An $8 million question: Why won’t Illinois get serious about beating back Asian carp?
Michigan has offered Illinois serious money to get started on a project to block the invasive fish, which threaten Lake Michigan’s ecosystem.
On Nov. 4, the state of Michigan offered again to kick in $8 million if Illinois would get going on a project to keep invasive Asian carp out of the Great Lakes.
Illinois responded quickly by . . .
Well, no, Illinois did not respond quickly, though the danger grows.
What’s our state waiting for?
The Army Corps of Engineers is ready to move forward on preliminary design work for a new carp barrier at the Brandon Road Lock and Dam on the Des Plaines River near Joliet. Before the corps can begin work, though, Illinois must declare itself the official non-federal partner on the project.
That would commit Illinois to spending an estimated $10 million to $11 million for the first phase of the project — pre-construction engineering and design — but Michigan has offered to pay $8 million of that cost.
Illinois should agree to pick up the balance of the cost — about the price of one or two fancy houses on the North Shore — and get this badly needed project off the ground. If the state doesn’t, it risks missing the eligibility window for the next round of federal aid for such projects. And agreeing to the first phase does not commit Illinois to spending more money later.
On Nov. 1, the Illinois Department of Natural Resources and the Asian Carp Regional Coordinating Committee announced that they would check Bubbly Creek on Chicago’s Southwest Side for invasive carp because a biological marker called e-DNA linked to carp had been discovered there. So far, no actual fish have been found, but the message is that the invasive carp won’t wait around for Illinois to get its act together.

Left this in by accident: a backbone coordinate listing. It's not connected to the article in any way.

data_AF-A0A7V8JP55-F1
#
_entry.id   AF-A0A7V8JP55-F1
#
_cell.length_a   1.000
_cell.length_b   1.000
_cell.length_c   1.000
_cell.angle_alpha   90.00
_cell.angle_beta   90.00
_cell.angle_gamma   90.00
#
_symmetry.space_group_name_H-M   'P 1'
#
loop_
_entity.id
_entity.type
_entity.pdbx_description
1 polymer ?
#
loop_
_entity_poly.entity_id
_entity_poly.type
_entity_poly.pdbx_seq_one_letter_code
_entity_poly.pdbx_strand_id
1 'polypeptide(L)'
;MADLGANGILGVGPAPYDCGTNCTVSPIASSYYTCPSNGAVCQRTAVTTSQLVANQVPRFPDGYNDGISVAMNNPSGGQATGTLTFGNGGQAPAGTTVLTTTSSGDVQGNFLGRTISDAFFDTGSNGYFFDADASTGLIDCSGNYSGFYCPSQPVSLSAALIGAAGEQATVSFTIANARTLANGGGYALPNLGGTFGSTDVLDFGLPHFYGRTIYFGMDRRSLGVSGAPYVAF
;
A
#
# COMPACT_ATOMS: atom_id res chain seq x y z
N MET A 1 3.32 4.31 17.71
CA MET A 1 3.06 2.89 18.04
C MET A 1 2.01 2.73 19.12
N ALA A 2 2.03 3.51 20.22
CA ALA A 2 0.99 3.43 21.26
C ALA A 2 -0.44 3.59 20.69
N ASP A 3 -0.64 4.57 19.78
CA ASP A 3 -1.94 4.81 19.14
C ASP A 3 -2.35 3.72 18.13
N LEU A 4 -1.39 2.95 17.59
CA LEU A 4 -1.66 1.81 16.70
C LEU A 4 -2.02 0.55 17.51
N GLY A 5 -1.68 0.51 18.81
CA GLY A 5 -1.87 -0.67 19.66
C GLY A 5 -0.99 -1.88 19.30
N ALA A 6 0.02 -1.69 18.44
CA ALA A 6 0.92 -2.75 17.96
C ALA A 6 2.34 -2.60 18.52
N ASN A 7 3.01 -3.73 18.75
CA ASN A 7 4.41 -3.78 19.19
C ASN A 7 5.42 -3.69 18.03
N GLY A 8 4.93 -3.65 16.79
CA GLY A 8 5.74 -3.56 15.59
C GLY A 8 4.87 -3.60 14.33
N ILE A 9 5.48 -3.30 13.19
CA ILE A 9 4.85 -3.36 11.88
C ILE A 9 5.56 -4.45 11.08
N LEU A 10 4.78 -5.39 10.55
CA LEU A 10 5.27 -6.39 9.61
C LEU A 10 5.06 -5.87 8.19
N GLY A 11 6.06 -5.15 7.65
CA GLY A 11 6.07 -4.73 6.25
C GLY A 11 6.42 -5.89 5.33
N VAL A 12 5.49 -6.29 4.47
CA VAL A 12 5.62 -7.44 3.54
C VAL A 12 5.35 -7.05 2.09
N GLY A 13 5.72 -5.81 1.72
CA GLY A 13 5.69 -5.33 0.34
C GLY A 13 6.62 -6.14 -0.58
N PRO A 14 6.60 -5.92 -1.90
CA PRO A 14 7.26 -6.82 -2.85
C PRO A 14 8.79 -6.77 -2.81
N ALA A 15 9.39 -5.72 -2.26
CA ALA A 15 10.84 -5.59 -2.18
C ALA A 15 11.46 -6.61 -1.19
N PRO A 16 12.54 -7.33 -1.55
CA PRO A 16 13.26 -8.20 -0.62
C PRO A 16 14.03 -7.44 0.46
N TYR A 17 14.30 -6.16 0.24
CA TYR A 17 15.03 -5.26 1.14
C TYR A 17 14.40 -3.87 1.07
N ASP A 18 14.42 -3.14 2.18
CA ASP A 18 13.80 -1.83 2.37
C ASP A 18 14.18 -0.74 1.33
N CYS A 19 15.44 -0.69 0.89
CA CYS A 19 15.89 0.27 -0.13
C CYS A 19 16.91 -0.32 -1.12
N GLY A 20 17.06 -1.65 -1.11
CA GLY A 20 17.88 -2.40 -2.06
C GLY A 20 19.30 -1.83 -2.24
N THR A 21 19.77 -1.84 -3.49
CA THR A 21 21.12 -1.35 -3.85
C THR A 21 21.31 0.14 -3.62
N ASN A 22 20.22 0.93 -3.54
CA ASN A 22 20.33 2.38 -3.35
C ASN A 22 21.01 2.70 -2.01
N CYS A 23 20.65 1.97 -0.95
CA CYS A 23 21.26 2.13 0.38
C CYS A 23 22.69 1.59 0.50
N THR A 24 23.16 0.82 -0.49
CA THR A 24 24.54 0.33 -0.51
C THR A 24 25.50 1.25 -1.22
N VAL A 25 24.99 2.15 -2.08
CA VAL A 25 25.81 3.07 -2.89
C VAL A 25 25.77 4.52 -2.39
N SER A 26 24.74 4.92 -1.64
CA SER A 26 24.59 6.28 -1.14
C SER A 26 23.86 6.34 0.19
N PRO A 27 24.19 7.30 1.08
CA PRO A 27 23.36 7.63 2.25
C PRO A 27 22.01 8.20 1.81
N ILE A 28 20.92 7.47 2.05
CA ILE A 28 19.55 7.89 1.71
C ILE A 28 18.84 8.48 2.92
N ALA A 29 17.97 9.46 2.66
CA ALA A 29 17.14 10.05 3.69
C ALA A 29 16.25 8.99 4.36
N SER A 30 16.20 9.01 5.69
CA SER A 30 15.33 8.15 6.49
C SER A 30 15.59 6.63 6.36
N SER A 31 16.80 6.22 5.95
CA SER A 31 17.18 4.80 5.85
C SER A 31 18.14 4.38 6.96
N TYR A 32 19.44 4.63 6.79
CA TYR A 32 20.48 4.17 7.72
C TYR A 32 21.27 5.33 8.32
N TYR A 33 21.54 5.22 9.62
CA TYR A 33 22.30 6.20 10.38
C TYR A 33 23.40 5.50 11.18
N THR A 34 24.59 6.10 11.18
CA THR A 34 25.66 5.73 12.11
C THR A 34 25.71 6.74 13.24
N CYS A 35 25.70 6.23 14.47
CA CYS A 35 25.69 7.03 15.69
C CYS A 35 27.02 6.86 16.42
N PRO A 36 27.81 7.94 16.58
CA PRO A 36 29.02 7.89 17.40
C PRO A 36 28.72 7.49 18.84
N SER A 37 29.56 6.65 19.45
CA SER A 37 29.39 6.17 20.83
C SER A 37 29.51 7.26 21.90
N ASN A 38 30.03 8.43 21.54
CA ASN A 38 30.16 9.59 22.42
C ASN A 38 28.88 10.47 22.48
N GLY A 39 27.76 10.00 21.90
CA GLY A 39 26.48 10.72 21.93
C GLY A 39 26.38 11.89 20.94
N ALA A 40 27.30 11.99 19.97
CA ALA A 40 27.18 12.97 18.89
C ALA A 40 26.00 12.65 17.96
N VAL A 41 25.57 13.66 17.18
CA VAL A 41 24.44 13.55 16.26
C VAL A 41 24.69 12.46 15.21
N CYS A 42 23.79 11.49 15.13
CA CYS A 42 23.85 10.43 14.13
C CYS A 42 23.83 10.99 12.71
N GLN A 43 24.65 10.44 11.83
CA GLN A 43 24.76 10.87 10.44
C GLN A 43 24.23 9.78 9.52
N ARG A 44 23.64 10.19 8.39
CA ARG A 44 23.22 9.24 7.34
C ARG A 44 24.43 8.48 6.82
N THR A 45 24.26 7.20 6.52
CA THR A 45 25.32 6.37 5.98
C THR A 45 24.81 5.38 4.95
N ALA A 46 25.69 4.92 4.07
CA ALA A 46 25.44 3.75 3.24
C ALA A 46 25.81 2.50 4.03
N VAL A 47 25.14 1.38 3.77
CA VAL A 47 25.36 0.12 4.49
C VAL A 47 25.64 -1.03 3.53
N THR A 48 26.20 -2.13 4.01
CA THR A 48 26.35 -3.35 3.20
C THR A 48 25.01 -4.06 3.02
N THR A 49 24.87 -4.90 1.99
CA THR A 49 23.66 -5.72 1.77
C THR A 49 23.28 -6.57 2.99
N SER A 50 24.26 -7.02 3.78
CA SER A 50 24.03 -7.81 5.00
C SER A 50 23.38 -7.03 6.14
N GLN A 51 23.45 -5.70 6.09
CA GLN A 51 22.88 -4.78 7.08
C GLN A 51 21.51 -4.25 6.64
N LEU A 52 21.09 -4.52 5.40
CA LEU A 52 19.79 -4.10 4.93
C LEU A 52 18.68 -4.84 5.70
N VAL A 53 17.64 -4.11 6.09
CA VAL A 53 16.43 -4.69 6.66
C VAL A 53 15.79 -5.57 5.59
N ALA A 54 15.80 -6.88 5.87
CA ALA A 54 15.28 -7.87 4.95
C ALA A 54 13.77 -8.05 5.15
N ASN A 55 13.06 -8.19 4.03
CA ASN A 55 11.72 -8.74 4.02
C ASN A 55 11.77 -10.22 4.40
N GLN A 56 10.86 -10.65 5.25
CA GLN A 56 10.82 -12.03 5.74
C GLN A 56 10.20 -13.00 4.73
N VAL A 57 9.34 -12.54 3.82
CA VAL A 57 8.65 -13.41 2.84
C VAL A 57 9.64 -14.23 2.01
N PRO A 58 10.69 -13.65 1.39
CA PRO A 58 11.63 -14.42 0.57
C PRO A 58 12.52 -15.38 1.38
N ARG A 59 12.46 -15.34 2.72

Existing barriers have kept away the carp, which have been swimming up the Mississippi River basin for years, wreaking havoc on native fish populations and injuring boaters by leaping from the water. If the fish get established in Lake Michigan and other Great Lakes, their ability to decimate the bottom of the food chain could damage the lakes’ $7 billion fishing industry and the $16 billion tourism industry.
The Army Corps believes the Brandon Road barrier would be the most economically feasible and effective way to keep out carp. It would include underwater sounds and an electric field to deter fish, a flushing lock to keep water from the Mississippi Basin from moving upstream, and an air bubble curtain to remove small and stunned fish caught in the recesses of barges.
For years, Illinois dragged its feet on this because former Gov. Bruce Rauner opposed it. But Rauner is out of office. On Friday, a spokesperson for Gov. J.B. Pritzker said the state is “working diligently with surrounding states and the Army Corps to ensure plans to prevent the invasive species are cost effective for Illinois.”
Michigan, which fears the carp will invade and do great damage to Lake Michigan and Lake Huron, is hot to see the project get started — to the point of offering to a write a check to Illinois.
Michigan gets it: The threat is real. Illinois needs to understand that, too.
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